The group, which did not endorse candidates in the election, doesn’t plan to disclose who paid for the mailers, Thrun said. People who contributed to the cause, she said, did not want to be identified because of concern over the tone the debate had taken. “We had an attorney look at it because we wanted to make sure that we were in complete compliance,” Thrun said.

Campaign reporting requirements for school board elections apply only to candidates, said Jonathan Burman, a spokesman for the state Department of Education.

Wilson, Alden and Niagara Wheatfield saw their budgets defeated despite the fact they were within each district’s tax cap. But across the state Tuesday, 98.3 percent of districts that proposed budgets within the tax cap saw them passed, according to the New York School Boards Association.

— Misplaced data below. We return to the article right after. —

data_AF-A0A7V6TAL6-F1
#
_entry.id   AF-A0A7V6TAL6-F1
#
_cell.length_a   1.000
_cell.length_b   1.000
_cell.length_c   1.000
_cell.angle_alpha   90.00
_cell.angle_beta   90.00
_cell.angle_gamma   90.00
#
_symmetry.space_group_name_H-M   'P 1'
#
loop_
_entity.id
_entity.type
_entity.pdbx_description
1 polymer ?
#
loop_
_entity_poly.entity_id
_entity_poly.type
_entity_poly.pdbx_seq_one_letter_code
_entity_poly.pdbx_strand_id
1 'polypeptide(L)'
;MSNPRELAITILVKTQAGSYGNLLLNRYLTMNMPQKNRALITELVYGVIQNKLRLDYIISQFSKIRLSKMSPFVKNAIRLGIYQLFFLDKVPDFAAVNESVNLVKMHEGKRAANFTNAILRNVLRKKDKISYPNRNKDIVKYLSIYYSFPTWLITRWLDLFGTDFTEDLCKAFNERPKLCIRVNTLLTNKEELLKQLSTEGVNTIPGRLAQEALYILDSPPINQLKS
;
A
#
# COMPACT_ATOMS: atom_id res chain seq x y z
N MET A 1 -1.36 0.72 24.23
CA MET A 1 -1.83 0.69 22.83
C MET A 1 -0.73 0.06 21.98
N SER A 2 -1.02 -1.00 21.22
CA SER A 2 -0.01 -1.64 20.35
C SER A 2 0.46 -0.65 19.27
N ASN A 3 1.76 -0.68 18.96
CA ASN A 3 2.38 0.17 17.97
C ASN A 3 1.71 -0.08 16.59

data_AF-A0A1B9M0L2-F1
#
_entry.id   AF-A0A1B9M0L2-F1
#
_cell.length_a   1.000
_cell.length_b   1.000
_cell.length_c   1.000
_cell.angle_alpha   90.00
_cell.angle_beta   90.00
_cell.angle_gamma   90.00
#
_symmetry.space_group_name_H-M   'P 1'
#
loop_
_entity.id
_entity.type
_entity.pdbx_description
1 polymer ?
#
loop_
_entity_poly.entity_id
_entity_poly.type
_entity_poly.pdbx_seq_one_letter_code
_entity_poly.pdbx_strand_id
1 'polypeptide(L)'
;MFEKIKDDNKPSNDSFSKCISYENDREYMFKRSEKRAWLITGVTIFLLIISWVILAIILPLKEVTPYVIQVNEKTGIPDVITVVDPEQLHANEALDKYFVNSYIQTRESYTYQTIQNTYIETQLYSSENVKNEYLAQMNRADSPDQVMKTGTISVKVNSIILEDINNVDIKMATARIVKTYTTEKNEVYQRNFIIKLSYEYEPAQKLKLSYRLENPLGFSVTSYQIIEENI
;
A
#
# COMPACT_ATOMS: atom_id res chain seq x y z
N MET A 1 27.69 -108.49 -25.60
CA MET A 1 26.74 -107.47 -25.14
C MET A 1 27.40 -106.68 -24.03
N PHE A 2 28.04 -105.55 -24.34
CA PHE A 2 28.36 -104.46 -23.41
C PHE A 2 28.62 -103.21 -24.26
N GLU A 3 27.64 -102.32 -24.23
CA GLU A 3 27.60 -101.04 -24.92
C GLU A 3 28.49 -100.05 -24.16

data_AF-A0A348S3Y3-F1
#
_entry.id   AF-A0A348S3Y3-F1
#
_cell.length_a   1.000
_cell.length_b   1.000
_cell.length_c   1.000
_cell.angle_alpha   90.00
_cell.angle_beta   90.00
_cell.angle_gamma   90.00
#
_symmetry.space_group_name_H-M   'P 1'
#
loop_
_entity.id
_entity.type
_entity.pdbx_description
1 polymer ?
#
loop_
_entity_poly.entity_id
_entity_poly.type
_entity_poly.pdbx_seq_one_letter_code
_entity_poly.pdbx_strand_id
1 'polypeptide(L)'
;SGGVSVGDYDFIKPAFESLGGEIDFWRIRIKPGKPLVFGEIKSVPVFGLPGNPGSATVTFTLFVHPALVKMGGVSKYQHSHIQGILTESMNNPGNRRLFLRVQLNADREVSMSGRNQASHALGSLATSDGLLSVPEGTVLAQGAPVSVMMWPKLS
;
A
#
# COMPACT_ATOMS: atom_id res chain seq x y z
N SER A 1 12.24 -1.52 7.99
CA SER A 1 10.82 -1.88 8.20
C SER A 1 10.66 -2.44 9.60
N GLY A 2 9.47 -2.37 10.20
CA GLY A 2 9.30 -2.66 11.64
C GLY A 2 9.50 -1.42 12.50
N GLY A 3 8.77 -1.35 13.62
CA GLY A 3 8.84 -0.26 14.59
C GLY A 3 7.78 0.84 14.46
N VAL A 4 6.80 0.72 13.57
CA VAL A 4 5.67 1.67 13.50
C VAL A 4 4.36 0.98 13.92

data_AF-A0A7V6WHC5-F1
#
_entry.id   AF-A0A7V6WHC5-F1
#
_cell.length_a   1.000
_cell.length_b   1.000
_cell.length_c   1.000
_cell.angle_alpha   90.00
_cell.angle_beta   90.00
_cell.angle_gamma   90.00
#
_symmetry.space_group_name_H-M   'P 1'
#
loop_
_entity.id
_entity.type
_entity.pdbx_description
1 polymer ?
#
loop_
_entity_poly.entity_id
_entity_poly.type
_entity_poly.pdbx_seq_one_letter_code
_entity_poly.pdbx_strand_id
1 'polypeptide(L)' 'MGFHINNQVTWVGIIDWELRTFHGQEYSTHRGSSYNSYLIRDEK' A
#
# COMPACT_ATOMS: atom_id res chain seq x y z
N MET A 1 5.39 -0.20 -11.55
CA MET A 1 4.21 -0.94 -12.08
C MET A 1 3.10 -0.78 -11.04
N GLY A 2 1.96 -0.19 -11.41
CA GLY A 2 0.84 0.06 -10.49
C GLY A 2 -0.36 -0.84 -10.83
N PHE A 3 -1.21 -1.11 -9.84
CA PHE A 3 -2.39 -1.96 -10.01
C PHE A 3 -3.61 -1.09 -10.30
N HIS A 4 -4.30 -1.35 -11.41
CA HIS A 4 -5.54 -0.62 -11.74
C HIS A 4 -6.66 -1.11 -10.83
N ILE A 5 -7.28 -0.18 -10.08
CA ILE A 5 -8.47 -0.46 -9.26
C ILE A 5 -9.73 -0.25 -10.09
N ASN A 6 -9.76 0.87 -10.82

• Candidates (Elect three): Patrick Law, 583; Nancy Fumerelle (i), 537; John Spencer (i), 498; Gabrielle Miller, 485; Nicole Simon, 237.

• Budget: Yes, 593; No, 340.

• Proposition 2: Use $460,851 from reserve fund to buy two large school buses, four 28-seat vans and a plow truck for the Buildings and Grounds Department: Yes, 689; No, 243.


Candidates: No board race this year.

• Budget: Yes, 975; No, 558.

• Proposition 2: Purchase a total of eight buses for $863,739: Yes, 935; No, 595.


• Candidates (Elect two): Sharon Szeglowski, Daniel T. Behlmaier

• Budget: Yes, 1,198; No, 624.

• Proposition 2: Purchase three (62-passenger) buses and two vans at a maximum cost of $400,000: Yes, 1,188; No, 623.

• Proposition 3: Expend $60,000 from the district’s Capital Reserve Fund known as the Technology Reserve Fund: Yes, 1,314; No, 493.


• Candidates (Elect three): Frank Calieri, 1,364; Kate Newton, 1,250; Carol Jarczyk (i), 1,180; Julie Goodwin; Timothy Elling; John C. Oshei; Karl Spencer; Christen Buchholtz.

• Budget: Yes, 1,941; No, 858.